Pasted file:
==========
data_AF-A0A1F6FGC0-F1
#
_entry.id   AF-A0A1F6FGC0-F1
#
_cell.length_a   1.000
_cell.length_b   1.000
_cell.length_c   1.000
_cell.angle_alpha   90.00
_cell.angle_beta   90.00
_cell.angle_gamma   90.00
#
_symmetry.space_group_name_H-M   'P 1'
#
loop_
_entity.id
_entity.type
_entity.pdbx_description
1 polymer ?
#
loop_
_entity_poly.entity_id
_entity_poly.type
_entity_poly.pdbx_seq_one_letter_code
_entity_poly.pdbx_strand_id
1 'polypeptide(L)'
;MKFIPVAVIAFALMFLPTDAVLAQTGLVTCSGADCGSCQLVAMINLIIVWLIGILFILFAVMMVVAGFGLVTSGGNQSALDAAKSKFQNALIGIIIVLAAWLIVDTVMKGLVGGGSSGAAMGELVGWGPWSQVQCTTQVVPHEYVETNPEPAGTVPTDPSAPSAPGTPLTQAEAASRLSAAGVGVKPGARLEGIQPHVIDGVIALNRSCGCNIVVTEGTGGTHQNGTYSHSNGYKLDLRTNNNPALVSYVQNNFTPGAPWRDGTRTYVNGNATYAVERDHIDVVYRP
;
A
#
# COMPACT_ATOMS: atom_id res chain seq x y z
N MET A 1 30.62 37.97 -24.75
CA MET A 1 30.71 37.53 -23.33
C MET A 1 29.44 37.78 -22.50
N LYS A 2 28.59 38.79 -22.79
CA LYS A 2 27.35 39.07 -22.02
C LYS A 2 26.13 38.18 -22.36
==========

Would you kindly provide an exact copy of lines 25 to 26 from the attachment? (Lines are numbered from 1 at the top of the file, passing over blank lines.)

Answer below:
1 'polypeptide(L)'
;MKFIPVAVIAFALMFLPTDAVLAQTGLVTCSGADCGSCQLVAMINLIIVWLIGILFILFAVMMVVAGFGLVTSGGNQSALDAAKSKFQNALIGIIIVLAAWLIVDTVMKGLVGGGSSGAAMGELVGWGPWSQVQCTTQVVPHEYVETNPEPAGTVPTDPSAPSAPGTPLTQAEAASRLSAAGVGVKPGARLEGIQPHVIDGVIALNRSCGCNIVVTEGTGGTHQNGTYSHSNGYKLDLRTNNNPALVSYVQNNFTPGAPWRDGTRTYVNGNATYAVERDHIDVVYRP